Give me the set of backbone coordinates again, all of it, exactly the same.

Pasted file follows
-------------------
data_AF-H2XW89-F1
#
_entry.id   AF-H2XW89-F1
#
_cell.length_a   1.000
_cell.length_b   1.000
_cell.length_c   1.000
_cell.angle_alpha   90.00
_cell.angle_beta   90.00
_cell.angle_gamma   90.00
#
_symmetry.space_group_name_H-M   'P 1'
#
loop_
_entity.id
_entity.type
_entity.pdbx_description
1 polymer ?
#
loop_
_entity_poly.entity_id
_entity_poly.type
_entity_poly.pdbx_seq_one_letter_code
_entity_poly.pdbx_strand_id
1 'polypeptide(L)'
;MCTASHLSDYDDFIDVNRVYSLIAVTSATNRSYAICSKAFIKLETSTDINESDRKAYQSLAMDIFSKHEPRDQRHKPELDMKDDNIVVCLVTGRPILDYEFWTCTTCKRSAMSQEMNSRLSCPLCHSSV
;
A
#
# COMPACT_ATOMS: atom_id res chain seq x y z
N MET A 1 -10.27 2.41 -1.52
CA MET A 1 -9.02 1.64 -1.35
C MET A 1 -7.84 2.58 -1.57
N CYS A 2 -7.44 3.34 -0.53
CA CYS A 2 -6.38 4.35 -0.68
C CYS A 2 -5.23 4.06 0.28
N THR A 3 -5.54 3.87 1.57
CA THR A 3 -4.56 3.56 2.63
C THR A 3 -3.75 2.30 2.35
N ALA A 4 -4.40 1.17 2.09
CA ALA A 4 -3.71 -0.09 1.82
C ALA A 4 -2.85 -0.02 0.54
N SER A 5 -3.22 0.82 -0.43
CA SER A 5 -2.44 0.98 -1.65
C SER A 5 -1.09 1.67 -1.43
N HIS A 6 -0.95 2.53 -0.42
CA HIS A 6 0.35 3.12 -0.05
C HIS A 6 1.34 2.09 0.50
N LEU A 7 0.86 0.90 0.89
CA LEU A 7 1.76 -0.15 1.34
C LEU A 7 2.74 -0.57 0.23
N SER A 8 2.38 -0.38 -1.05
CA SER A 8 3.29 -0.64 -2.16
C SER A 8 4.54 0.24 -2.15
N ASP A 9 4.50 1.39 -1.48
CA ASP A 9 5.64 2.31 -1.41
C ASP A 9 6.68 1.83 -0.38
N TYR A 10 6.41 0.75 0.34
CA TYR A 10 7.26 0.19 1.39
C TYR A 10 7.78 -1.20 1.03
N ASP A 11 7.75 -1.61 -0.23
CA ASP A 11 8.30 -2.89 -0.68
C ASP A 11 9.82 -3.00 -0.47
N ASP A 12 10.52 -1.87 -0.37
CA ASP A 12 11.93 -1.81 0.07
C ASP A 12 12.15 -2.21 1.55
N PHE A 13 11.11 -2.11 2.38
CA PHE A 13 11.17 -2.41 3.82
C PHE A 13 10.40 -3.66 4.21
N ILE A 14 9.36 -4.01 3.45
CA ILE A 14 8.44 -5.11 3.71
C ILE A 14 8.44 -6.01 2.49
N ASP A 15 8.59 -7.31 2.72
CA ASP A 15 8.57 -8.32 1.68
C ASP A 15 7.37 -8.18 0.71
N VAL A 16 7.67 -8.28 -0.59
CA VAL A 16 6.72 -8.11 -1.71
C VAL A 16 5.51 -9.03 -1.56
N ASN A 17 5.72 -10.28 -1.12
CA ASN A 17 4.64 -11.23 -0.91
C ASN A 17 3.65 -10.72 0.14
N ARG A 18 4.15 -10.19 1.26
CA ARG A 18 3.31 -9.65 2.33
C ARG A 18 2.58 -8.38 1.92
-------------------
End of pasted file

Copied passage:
data_AF-H2XW89-F1
#
_entry.id   AF-H2XW89-F1
#
_cell.length_a   1.000
_cell.length_b   1.000
_cell.length_c   1.000
_cell.angle_alpha   90.00
_cell.angle_beta   90.00
_cell.angle_gamma   90.00
#
_symmetry.space_group_name_H-M   'P 1'
#
loop_
_entity.id
_entity.type
_entity.pdbx_description
1 polymer ?
#
loop_
_entity_poly.entity_id
_entity_poly.type
_entity_poly.pdbx_seq_one_letter_code
_entity_poly.pdbx_strand_id
1 'polypeptide(L)'
;MCTASHLSDYDDFIDVNRVYSLIAVTSATNRSYAICSKAFIKLETSTDINESDRKAYQSLAMDIFSKHEPRDQRHKPELDMKDDNIVVCLVTGRPILDYEFWTCTTCKRSAMSQEMNSRLSCPLCHSSV
;
A
#
# COMPACT_ATOMS: atom_id res chain seq x y z
N MET A 1 -10.27 2.41 -1.52
CA MET A 1 -9.02 1.64 -1.35
C MET A 1 -7.84 2.58 -1.57
N CYS A 2 -7.44 3.34 -0.53
CA CYS A 2 -6.38 4.35 -0.68
C CYS A 2 -5.23 4.06 0.28
N THR A 3 -5.54 3.87 1.57
CA THR A 3 -4.56 3.56 2.63
C THR A 3 -3.75 2.30 2.35
N ALA A 4 -4.40 1.17 2.09
CA ALA A 4 -3.71 -0.09 1.82
C ALA A 4 -2.85 -0.02 0.54
N SER A 5 -3.22 0.82 -0.43
CA SER A 5 -2.44 0.98 -1.65
C SER A 5 -1.09 1.67 -1.43
N HIS A 6 -0.95 2.53 -0.42
CA HIS A 6 0.35 3.12 -0.05
C HIS A 6 1.34 2.09 0.50
N LEU A 7 0.86 0.90 0.89
CA LEU A 7 1.76 -0.15 1.34
C LEU A 7 2.74 -0.57 0.23
N SER A 8 2.38 -0.38 -1.05
CA SER A 8 3.29 -0.64 -2.16
C SER A 8 4.54 0.24 -2.15
N ASP A 9 4.50 1.39 -1.48
CA ASP A 9 5.64 2.31 -1.41
C ASP A 9 6.68 1.83 -0.38
N TYR A 10 6.41 0.75 0.34
CA TYR A 10 7.26 0.19 1.39
C TYR A 10 7.78 -1.20 1.03
N ASP A 11 7.75 -1.61 -0.23
CA ASP A 11 8.30 -2.89 -0.68
C ASP A 11 9.82 -3.00 -0.47
N ASP A 12 10.52 -1.87 -0.37
CA ASP A 12 11.93 -1.81 0.07
C ASP A 12 12.15 -2.21 1.55
N PHE A 13 11.11 -2.11 2.38
CA PHE A 13 11.17 -2.41 3.82
C PHE A 13 10.40 -3.66 4.21
N ILE A 14 9.36 -4.01 3.45
CA ILE A 14 8.44 -5.11 3.71
C ILE A 14 8.44 -6.01 2.49
N ASP A 15 8.59 -7.31 2.72
CA ASP A 15 8.57 -8.32 1.68
C ASP A 15 7.37 -8.18 0.71
N VAL A 16 7.67 -8.28 -0.59
CA VAL A 16 6.72 -8.11 -1.71
C VAL A 16 5.51 -9.03 -1.56
N ASN A 17 5.72 -10.28 -1.12
CA ASN A 17 4.64 -11.23 -0.91
C ASN A 17 3.65 -10.72 0.14
N ARG A 18 4.15 -10.19 1.26
CA ARG A 18 3.31 -9.65 2.33
C ARG A 18 2.58 -8.38 1.92